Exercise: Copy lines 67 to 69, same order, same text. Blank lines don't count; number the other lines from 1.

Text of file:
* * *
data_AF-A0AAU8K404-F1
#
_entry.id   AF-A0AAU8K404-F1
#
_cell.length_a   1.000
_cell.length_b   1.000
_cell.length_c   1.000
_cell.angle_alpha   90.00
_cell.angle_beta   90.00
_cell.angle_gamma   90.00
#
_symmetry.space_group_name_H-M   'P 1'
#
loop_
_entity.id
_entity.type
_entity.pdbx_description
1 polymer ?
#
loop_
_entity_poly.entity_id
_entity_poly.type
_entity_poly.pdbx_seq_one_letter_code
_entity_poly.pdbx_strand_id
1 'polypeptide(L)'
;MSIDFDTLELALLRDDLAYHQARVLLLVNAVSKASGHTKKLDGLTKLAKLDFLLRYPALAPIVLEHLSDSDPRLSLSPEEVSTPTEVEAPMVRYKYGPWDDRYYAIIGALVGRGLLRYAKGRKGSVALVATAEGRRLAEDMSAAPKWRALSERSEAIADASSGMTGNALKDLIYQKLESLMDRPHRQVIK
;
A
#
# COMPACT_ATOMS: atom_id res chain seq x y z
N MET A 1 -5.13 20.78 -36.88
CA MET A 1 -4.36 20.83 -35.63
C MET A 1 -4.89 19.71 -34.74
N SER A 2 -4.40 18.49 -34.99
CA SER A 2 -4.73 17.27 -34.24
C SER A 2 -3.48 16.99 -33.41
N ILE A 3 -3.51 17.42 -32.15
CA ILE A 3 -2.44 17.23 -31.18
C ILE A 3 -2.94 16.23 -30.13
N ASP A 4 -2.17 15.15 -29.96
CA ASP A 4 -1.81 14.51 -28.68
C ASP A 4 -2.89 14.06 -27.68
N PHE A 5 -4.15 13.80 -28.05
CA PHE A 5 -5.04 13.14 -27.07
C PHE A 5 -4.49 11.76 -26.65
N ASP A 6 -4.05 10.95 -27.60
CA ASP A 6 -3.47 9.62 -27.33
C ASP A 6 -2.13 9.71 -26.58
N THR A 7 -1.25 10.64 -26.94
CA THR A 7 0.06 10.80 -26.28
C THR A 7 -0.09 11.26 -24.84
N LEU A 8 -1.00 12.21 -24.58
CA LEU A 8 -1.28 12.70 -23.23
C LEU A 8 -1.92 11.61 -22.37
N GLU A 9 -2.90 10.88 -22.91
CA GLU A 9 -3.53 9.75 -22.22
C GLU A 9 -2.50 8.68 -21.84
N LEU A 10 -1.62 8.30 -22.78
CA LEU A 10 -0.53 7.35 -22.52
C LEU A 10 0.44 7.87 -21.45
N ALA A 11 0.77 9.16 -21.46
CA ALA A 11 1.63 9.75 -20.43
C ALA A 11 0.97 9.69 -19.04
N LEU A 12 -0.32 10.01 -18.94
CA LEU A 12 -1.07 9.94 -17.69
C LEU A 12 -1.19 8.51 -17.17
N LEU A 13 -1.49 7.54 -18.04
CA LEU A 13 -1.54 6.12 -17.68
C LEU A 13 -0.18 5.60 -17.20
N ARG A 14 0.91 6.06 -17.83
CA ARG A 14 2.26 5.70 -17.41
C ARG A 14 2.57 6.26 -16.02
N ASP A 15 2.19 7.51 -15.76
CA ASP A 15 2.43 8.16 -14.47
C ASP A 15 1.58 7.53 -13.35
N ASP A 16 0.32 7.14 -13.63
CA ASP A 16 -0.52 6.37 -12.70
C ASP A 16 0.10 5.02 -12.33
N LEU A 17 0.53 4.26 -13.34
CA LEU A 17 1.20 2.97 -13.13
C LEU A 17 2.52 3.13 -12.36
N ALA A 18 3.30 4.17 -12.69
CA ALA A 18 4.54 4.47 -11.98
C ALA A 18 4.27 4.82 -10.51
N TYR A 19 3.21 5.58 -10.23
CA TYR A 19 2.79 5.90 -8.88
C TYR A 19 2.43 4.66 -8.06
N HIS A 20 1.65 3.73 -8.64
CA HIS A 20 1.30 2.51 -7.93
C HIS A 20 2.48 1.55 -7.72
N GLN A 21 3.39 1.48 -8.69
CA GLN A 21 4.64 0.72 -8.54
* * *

N LEU A 13 -1.49 7.54 -18.04
CA LEU A 13 -1.54 6.12 -17.68
C LEU A 13 -0.18 5.60 -17.20